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Currently I do something like this:

telnet 192.168.0.3 23

username

password

cd /dir/

programname -s -g dosomething

I want to do this with one step, the coolest would be to compile a program for this using Automator, but i have no idea how to do that.
"shell script" in Automator fails at telnet 192.168.0.3 23 saying "connection refused" of course: I had no chance to type in password and so on.

Any ideas?

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any particular reason why you're using telnet, not ssh? –  vartec Feb 15 '11 at 14:10
    
only telnet running on the remote machine (external windows server =/ ) –  choise Feb 15 '11 at 14:15
    
good question I have to do the same thing with my modem - and no ssh –  smashtastic Oct 15 '11 at 21:21
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3 Answers

up vote 2 down vote accepted

When ssh isn't available, expect is typically used to automate access using telnet.

From the linked article:

#!/usr/bin/expect #Where the script should be run from.
set timeout 20 #If it all goes pear shaped the script will timeout after 20 seconds.
set name [lindex $argv 0] #First argument is assigned to the variable name
set user [lindex $argv 1] #Second argument is assigned to the variable user
set password [lindex $argv 2] #Third argument is assigned to the variable password
spawn telnet $name #This spawns the telnet program and connects it to the variable name
expect "login:" #The script expects login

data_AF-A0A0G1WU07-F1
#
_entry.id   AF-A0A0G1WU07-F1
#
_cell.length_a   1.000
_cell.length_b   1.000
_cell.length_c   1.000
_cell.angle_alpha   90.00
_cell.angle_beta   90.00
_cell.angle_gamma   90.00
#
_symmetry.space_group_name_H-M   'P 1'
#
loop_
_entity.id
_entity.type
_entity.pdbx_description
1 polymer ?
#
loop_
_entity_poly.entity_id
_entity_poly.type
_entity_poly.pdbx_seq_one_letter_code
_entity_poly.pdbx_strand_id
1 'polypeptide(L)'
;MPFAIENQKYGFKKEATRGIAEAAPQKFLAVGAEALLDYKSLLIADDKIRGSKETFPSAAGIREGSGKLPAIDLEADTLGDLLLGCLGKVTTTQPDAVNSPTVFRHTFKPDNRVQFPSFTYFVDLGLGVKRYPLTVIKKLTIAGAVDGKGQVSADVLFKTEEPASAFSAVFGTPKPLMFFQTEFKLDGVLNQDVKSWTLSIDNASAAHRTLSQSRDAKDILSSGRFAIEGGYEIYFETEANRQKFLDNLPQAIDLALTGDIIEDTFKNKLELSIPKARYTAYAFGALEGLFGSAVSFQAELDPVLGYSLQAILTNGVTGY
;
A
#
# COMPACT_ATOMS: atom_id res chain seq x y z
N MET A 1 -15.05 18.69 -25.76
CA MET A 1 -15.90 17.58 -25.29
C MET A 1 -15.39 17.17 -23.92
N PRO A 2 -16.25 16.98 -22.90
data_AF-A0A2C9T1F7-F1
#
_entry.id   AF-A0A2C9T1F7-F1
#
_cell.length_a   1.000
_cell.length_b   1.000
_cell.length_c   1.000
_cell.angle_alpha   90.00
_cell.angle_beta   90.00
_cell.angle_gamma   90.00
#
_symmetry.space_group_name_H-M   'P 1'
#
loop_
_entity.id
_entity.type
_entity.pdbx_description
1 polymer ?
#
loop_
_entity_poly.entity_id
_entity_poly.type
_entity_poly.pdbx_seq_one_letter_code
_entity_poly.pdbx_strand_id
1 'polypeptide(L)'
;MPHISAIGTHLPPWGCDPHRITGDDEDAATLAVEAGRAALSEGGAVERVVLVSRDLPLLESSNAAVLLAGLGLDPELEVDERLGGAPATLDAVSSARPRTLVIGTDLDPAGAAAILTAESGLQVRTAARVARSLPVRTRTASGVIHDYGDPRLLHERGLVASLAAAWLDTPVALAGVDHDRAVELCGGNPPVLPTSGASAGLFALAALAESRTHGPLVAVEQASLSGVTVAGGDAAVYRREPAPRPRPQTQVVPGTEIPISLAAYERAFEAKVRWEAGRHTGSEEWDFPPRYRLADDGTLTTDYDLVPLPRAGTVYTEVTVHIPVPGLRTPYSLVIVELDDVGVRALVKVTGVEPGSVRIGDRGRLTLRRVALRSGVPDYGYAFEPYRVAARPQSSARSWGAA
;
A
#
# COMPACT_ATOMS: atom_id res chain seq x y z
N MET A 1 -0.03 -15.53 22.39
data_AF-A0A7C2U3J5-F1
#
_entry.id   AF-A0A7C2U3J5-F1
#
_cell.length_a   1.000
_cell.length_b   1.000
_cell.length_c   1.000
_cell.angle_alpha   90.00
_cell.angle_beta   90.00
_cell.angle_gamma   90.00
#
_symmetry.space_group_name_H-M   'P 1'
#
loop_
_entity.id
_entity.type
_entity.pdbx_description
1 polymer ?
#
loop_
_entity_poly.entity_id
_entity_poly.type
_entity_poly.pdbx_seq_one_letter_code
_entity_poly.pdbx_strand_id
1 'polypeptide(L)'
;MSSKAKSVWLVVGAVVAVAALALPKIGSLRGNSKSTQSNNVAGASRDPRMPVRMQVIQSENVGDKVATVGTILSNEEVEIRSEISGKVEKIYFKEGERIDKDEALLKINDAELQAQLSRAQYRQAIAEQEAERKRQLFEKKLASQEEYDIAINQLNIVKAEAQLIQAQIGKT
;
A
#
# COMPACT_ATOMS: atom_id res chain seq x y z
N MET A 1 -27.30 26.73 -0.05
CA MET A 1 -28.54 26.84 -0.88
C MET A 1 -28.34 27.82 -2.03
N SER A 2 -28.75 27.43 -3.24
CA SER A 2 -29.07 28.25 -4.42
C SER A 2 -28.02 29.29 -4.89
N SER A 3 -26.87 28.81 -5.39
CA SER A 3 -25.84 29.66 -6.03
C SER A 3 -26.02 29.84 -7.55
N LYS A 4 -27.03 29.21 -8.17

send "$user " #The script sends the user variable
expect "Password:" #The script expects Password
send "$password " #The script sends the password variable
interact #This hands control of the keyboard over two you (Nice expect feature!)
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Then, if no sshd is installed, you could automate your telnet using expect, that you probably will have to install on your mac.

Expect is a tool primarily for automating interactive applications, such as telnet, ftp, passwd, fsck, rlogin, tip, and more. Expect really makes this stuff trivial. Expect is also useful for testing these applications. It is described in many books, articles, papers, and FAQs. There is an entire book on it available from O'Reilly.

See http://www.nist.gov/el/msid/expect.cfm .

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If the system running on 192.168.0.3 has a sshd server running, then you could simply do

ssh username@192.168.0.3 'cd /dir/ ; programmname -s -g dosomething'

To check if you have sshd running on 192.168.0.3 you could either just try it, or login using telnet as you do already and, if it's a unix/linux/maxosx try doing a

pgrep -fl sshd

or

ps -e | grep sshd

or

lsof -i :22

All of these above will either not find anything or give you a line showing that sshd is running.

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poorly there is no ssh installed. and also its password saved –  choise Feb 15 '11 at 15:00
    
It's a Windows server. –  grawity Feb 15 '11 at 15:37
1  
I hope you know that using telnet is very bad security wise. Your username and passwords are sent in plain through the network. Anyone with some computer knowledge sitting on that network would be able to read your username and password in few minutes. Try moving to ssh which also works on Windows. –  rems Feb 15 '11 at 15:47
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